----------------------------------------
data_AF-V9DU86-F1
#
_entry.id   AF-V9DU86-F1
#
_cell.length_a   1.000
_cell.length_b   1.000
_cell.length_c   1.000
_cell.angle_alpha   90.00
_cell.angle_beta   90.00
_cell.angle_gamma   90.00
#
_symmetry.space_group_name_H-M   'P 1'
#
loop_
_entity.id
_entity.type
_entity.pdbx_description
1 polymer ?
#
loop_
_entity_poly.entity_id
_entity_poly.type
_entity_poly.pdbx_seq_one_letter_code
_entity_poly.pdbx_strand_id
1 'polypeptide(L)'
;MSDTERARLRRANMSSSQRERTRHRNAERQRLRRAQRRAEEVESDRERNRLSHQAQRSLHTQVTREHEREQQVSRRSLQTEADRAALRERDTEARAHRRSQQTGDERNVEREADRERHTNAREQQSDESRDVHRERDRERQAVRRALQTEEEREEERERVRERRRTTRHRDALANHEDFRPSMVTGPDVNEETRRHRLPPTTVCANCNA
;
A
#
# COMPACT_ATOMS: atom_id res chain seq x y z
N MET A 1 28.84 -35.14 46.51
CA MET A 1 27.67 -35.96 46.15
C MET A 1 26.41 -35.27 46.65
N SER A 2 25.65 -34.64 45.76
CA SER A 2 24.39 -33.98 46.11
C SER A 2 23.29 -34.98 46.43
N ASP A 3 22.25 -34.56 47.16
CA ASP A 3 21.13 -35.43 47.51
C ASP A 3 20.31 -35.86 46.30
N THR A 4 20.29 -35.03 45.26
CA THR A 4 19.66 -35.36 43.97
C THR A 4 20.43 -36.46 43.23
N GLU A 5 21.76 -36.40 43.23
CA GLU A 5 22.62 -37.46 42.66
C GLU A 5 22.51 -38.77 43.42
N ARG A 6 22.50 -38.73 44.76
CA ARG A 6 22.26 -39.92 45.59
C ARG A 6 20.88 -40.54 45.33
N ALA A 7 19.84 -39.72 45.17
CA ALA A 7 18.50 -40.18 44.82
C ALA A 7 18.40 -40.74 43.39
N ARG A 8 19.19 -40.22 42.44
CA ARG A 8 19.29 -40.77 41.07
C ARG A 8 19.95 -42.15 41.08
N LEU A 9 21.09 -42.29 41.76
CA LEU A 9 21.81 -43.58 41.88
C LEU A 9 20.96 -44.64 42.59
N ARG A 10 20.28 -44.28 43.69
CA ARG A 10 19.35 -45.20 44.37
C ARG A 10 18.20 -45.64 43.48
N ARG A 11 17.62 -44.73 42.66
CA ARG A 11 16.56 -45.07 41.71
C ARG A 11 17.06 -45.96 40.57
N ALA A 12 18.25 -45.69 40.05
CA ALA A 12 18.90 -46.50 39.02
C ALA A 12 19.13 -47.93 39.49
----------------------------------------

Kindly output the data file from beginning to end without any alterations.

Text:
data_AF-V9DU86-F1
#
_entry.id   AF-V9DU86-F1
#
_cell.length_a   1.000
_cell.length_b   1.000
_cell.length_c   1.000
_cell.angle_alpha   90.00
_cell.angle_beta   90.00
_cell.angle_gamma   90.00
#
_symmetry.space_group_name_H-M   'P 1'
#
loop_
_entity.id
_entity.type
_entity.pdbx_description
1 polymer ?
#
loop_
_entity_poly.entity_id
_entity_poly.type
_entity_poly.pdbx_seq_one_letter_code
_entity_poly.pdbx_strand_id
1 'polypeptide(L)'
;MSDTERARLRRANMSSSQRERTRHRNAERQRLRRAQRRAEEVESDRERNRLSHQAQRSLHTQVTREHEREQQVSRRSLQTEADRAALRERDTEARAHRRSQQTGDERNVEREADRERHTNAREQQSDESRDVHRERDRERQAVRRALQTEEEREEERERVRERRRTTRHRDALANHEDFRPSMVTGPDVNEETRRHRLPPTTVCANCNA
;
A
#
# COMPACT_ATOMS: atom_id res chain seq x y z
N MET A 1 28.84 -35.14 46.51
CA MET A 1 27.67 -35.96 46.15
C MET A 1 26.41 -35.27 46.65
N SER A 2 25.65 -34.64 45.76
CA SER A 2 24.39 -33.98 46.11
C SER A 2 23.29 -34.98 46.43
N ASP A 3 22.25 -34.56 47.16
CA ASP A 3 21.13 -35.43 47.51
C ASP A 3 20.31 -35.86 46.30
N THR A 4 20.29 -35.03 45.26
CA THR A 4 19.66 -35.36 43.97
C THR A 4 20.43 -36.46 43.23
N GLU A 5 21.76 -36.40 43.23
CA GLU A 5 22.62 -37.46 42.66
C GLU A 5 22.51 -38.77 43.42
N ARG A 6 22.50 -38.73 44.76
CA ARG A 6 22.26 -39.92 45.59
C ARG A 6 20.88 -40.54 45.33
N ALA A 7 19.84 -39.72 45.17
CA ALA A 7 18.50 -40.18 44.82
C ALA A 7 18.40 -40.74 43.39
N ARG A 8 19.19 -40.22 42.44
CA ARG A 8 19.29 -40.77 41.07
C ARG A 8 19.95 -42.15 41.08
N LEU A 9 21.09 -42.29 41.76
CA LEU A 9 21.81 -43.58 41.88
C LEU A 9 20.96 -44.64 42.59
N ARG A 10 20.28 -44.28 43.69
CA ARG A 10 19.35 -45.20 44.37
C ARG A 10 18.20 -45.64 43.48
N ARG A 11 17.62 -44.73 42.66
CA ARG A 11 16.56 -45.07 41.71
C ARG A 11 17.06 -45.96 40.57
N ALA A 12 18.25 -45.69 40.05
CA ALA A 12 18.90 -46.50 39.02
C ALA A 12 19.13 -47.93 39.49